Here’s how I do it: I start off by saturating my hair with water before I shampoo my hair.

I use the Love Beauty and Planet Coconut oil & Ylang Ylang shampoo.

I like how hydrating it is and how it rinses off so fast which saves me time.

Next, I generously apply their coconut conditioner.

After rinsing the conditioner and drying my hair, I section my hair using my fingers.

The number of sections I end up with will depend on how stretched I want my hair to be.

I prefer eight sections, four on each side of my head.

Also, smaller sections dry faster than bigger sections.

If your hair takes longer to dry (especially people who have low porosity hair), consider making even smaller sections.

Once I am done with sectioning, I take one section at a time, apply some moisturizer and then do a three-strand braid.

I repeat this procedure for all sections, wait a couple of hours and unravel the braids to achieve great braids outs.

Please make sure you unravel the braids when your hair is completely dry to make sure your tresses don’t shrink soon after achieving the braid outs.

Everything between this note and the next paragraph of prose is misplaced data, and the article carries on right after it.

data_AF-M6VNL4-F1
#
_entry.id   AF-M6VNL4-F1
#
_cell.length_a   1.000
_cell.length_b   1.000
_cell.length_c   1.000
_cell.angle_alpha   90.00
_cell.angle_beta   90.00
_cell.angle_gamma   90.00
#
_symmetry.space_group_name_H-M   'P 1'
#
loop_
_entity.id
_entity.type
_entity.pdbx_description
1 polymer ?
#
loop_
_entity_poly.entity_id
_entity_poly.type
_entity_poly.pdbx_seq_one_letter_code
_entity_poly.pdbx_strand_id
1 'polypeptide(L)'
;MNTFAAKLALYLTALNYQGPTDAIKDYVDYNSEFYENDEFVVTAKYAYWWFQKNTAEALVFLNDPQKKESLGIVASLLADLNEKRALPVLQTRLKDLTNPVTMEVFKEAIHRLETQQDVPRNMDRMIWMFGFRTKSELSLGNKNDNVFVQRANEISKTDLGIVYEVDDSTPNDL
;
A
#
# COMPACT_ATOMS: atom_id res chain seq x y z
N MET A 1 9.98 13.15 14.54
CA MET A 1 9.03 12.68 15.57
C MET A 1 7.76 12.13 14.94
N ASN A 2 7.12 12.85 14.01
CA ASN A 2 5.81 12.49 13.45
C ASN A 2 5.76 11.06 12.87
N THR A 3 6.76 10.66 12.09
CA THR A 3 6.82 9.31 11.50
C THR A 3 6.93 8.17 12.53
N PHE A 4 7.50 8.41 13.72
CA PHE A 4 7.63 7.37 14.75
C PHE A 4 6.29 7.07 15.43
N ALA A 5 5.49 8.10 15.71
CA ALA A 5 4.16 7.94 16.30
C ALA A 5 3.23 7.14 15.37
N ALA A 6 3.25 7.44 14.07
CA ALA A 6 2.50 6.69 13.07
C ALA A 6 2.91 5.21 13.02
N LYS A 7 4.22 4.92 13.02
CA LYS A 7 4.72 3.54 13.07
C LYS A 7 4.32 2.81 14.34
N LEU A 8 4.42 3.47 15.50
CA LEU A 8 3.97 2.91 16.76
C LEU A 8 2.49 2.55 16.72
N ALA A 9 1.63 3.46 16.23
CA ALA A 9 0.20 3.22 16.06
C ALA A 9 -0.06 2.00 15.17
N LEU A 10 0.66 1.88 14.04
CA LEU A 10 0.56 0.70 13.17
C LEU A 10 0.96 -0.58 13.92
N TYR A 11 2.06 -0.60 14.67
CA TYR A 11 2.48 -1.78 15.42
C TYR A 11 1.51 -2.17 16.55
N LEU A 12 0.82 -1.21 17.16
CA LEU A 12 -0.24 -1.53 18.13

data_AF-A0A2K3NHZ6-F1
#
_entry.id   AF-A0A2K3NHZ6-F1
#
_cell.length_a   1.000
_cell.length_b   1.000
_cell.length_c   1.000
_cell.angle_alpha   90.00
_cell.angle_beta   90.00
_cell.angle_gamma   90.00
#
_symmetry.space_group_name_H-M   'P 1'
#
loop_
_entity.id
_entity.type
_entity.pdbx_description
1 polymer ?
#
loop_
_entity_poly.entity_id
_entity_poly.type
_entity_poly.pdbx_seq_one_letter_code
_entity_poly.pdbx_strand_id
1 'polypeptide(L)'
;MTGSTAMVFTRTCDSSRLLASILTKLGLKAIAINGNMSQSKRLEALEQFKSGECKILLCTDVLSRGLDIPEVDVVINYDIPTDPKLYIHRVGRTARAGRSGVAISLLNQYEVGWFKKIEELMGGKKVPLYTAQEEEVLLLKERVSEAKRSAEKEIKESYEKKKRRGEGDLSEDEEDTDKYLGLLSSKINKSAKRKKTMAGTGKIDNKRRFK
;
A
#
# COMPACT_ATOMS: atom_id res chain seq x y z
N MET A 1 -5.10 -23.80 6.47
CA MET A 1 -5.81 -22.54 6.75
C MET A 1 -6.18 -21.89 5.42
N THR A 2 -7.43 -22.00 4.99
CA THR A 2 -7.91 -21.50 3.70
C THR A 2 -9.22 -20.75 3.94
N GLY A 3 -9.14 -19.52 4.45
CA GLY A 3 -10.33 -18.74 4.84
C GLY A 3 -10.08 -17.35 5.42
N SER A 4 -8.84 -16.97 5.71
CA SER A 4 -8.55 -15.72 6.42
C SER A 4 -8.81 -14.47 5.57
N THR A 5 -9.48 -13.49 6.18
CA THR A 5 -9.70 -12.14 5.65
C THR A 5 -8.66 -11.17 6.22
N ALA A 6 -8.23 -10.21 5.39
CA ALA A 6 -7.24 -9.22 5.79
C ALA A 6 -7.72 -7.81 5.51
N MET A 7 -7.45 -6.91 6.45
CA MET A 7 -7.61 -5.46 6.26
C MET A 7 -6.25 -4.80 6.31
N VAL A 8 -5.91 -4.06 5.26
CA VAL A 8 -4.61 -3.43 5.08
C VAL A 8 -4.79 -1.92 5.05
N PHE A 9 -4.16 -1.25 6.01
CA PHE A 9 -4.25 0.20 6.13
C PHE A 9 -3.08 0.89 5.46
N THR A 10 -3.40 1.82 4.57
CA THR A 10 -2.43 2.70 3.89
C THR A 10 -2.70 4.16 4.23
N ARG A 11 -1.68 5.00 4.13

Related Post: What Causes Hair Shrinkage?

Just as is the case with twists, If you want more definition, you can wear the braids as a protective style for a few days before you unravel them.

 

Roller sets

After my damaged hair episode, I used roller sets a lot to stretch my hair.

I found it quick and easy but also because I had lots of rollers sets from my relaxed hair days.

I would do the roller sets in the morning, go about my house chores and take them out in the afternoon when stepping out of the house to run some errands.

For this style, I start by spritzing some water on my hair to make it damp.

I then part the hair in smaller sections so that the stretch I end up with is a bit lengthy.  

Next, I take each section, add more moisturizer and apply oil before slowly detangling the section.

You want your hair to be knotless and smooth to work with to achieve the best results with this stretching style.

Finally, I roll the section on the roller.

I use the big rollers since I don’t want any curls on the hair. I only want it stretched.

It’s basically just how you set roller on relaxed hair only that in this case, you don’t use any heat to dry the hair but you let it air dry instead.

 

African threading

Another of my favorite heatless ways to stretch my hair is African threading.